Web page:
Physico-chemical, sensory, and keeping quality of cassava flour produced by simple drying techniques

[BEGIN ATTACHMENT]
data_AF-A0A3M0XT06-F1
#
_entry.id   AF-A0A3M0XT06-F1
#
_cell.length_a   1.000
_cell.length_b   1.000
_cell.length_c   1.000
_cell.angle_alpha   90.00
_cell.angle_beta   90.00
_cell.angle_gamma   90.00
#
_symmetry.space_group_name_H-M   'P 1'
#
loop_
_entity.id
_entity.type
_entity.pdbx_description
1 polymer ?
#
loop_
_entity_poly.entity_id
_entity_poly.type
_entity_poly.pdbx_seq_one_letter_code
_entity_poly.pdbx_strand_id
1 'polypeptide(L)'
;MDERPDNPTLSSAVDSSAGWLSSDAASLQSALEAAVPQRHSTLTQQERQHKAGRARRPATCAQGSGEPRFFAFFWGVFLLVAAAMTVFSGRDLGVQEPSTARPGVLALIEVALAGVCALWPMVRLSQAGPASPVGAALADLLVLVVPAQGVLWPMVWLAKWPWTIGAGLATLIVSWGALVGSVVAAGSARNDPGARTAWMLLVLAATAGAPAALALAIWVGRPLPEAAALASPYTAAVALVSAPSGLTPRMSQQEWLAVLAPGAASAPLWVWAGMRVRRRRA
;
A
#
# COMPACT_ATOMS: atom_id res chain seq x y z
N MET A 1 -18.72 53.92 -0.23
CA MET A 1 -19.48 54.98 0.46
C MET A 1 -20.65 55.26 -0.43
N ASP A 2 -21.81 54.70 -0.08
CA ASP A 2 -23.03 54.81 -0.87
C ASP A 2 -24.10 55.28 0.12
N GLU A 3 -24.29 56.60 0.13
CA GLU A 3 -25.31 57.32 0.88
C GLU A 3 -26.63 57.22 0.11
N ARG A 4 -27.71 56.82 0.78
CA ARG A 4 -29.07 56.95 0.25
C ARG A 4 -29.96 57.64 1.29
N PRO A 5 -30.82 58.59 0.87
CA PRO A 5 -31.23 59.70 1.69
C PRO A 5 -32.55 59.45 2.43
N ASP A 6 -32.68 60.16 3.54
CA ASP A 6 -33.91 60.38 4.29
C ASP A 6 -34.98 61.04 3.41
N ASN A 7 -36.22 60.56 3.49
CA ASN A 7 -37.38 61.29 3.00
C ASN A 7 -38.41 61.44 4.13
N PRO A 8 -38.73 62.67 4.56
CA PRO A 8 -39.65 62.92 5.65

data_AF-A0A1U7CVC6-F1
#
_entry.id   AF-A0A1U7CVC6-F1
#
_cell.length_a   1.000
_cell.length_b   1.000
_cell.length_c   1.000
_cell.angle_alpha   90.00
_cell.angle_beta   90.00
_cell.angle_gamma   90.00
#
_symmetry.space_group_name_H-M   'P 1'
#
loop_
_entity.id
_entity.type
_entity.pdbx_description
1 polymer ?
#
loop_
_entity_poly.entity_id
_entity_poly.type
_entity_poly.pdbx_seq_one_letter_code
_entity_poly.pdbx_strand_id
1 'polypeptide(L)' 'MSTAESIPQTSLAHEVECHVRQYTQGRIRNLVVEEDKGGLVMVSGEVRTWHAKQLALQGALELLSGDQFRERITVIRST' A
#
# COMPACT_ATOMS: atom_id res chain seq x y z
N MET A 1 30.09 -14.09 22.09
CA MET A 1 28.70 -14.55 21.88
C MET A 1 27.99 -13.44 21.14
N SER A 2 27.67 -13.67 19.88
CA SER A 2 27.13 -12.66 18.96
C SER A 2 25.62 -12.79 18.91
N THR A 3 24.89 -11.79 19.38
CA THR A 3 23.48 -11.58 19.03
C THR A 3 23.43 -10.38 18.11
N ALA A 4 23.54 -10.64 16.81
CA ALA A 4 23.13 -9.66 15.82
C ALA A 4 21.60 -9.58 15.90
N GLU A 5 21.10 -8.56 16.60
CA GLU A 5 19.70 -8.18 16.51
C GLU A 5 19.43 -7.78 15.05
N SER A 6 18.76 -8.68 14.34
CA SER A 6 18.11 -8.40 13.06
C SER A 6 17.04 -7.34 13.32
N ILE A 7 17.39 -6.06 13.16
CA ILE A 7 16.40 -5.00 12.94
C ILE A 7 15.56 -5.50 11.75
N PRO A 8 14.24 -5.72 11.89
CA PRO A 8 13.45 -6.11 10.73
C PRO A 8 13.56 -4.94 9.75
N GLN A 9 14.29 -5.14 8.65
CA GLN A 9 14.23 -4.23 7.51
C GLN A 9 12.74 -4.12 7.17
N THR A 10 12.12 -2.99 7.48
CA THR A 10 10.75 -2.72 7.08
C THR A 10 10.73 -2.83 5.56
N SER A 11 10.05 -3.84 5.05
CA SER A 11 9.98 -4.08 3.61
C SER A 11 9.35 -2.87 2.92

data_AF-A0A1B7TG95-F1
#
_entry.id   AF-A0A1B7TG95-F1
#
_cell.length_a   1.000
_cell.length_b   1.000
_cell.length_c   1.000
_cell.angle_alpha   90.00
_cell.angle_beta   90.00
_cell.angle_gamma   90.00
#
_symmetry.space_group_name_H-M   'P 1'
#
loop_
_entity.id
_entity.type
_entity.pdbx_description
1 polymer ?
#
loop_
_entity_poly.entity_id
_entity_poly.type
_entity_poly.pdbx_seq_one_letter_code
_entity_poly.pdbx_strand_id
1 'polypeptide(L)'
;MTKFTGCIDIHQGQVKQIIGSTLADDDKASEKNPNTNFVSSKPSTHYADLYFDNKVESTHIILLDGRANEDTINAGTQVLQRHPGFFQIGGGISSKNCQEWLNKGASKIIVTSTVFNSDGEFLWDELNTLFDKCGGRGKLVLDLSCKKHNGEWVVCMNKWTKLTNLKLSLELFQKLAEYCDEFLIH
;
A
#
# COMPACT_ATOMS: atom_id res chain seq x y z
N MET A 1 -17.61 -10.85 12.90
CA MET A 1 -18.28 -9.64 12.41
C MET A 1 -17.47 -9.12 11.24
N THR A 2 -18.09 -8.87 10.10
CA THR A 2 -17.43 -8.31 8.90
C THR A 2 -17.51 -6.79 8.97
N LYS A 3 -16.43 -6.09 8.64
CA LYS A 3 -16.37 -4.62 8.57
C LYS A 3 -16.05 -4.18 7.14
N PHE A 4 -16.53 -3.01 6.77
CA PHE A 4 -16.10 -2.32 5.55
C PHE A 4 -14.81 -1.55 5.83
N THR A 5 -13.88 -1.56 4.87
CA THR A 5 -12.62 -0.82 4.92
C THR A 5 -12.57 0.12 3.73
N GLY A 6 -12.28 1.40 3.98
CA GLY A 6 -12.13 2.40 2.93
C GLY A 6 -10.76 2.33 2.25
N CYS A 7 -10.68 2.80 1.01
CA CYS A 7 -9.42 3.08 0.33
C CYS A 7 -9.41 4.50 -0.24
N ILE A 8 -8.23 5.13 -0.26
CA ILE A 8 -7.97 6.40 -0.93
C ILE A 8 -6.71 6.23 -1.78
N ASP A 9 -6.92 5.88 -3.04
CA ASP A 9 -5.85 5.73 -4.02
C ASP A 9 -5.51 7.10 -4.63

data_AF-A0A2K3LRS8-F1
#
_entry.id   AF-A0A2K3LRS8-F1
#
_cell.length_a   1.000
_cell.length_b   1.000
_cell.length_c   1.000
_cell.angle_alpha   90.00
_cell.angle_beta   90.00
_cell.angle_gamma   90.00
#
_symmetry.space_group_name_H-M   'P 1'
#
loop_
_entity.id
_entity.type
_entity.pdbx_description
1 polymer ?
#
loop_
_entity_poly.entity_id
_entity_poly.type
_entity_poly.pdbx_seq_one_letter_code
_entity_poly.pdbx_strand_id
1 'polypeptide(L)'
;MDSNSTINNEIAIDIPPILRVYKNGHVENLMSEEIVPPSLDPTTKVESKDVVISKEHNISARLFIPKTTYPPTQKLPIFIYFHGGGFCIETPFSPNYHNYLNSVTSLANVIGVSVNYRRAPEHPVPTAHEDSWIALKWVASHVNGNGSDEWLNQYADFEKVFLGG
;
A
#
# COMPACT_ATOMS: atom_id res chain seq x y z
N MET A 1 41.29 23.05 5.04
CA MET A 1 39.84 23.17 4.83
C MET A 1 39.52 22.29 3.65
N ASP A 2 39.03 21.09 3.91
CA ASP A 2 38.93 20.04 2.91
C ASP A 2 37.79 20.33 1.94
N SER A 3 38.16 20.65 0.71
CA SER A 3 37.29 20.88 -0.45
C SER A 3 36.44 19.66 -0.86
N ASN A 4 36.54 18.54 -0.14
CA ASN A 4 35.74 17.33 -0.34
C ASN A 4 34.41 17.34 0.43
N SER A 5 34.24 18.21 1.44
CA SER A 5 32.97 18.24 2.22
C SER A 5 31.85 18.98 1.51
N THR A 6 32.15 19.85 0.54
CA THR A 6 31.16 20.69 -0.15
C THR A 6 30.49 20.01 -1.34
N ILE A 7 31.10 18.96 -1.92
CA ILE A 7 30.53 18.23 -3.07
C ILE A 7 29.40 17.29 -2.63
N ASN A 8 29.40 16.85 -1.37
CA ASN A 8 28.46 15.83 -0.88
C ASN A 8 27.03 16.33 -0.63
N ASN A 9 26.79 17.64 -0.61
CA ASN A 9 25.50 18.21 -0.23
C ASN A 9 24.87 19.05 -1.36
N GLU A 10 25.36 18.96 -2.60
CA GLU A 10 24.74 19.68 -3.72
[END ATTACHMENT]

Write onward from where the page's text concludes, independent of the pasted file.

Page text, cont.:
A study was carried out to determine the effect of temperature of dehydration on the total cyanide content of cassava, evaluate the keeping quality of cassava flour so produced and to investigate the possibilities of incorporating the cassava flour into some common Kenyan foods. It was found that sun-drying, solar-drying and air drying at 30'C all resulted in higher percent total cyanide reduction than air drying at temperatures of either 40 or 60'C. The keeping quality of the cassava flour was evaluated by storing at ambient temperatures and at 3TC. The flour was packaged in kraft paper and polythene bags. Storage at 3TC resulted in large reductions in moisture, total cyanide and blue value index in both types of packages. There was, however, a definite increase in non-enzymatic browning, which was more prominent in the flour packaged in polythene bags than in that packaged in kraft paper bags. These changes were much less pronounced during storage at ambient temperatures, than during storage at 3TC. It was found that cassava flour could be favourably incorporated into the Kenyan foods "ugali", "mandazi" and "uji". In "ugali" levels of only upto 20% gave acceptable products, while with "mandazi" and "uji", levels of upto 50% could be tolerated. However at these high levels of substitution.the sensory attributes texture general appearance and overall acceptability were significantly reduced.